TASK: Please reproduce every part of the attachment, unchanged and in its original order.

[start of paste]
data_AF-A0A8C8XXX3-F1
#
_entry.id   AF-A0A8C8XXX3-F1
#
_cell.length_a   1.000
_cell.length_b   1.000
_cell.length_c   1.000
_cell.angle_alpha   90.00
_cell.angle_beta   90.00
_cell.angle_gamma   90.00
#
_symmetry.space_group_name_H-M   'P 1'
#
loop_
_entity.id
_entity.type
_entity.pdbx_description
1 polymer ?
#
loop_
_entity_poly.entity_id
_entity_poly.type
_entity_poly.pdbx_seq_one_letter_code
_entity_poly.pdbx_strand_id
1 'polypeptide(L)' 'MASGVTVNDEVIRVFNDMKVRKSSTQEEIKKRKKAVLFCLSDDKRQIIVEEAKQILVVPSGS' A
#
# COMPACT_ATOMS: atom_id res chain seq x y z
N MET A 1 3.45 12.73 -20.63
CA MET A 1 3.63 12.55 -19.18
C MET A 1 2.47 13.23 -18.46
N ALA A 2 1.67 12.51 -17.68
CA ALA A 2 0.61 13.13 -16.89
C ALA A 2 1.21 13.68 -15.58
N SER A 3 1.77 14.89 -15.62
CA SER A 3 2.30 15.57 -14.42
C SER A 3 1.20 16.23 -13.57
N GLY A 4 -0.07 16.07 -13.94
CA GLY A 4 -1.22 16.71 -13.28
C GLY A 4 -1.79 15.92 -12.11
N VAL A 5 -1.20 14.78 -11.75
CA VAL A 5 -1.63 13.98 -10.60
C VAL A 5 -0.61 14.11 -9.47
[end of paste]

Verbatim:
data_AF-A0A8C8XXX3-F1
#
_entry.id   AF-A0A8C8XXX3-F1
#
_cell.length_a   1.000
_cell.length_b   1.000
_cell.length_c   1.000
_cell.angle_alpha   90.00
_cell.angle_beta   90.00
_cell.angle_gamma   90.00
#
_symmetry.space_group_name_H-M   'P 1'
#
loop_
_entity.id
_entity.type
_entity.pdbx_description
1 polymer ?
#
loop_
_entity_poly.entity_id
_entity_poly.type
_entity_poly.pdbx_seq_one_letter_code
_entity_poly.pdbx_strand_id
1 'polypeptide(L)' 'MASGVTVNDEVIRVFNDMKVRKSSTQEEIKKRKKAVLFCLSDDKRQIIVEEAKQILVVPSGS' A
#
# COMPACT_ATOMS: atom_id res chain seq x y z
N MET A 1 3.45 12.73 -20.63
CA MET A 1 3.63 12.55 -19.18
C MET A 1 2.47 13.23 -18.46
N ALA A 2 1.67 12.51 -17.68
CA ALA A 2 0.61 13.13 -16.89
C ALA A 2 1.21 13.68 -15.58
N SER A 3 1.77 14.89 -15.62
CA SER A 3 2.30 15.57 -14.42
C SER A 3 1.20 16.23 -13.57
N GLY A 4 -0.07 16.07 -13.94
CA GLY A 4 -1.22 16.71 -13.28
C GLY A 4 -1.79 15.92 -12.11
N VAL A 5 -1.20 14.78 -11.75
CA VAL A 5 -1.63 13.98 -10.60
C VAL A 5 -0.61 14.11 -9.47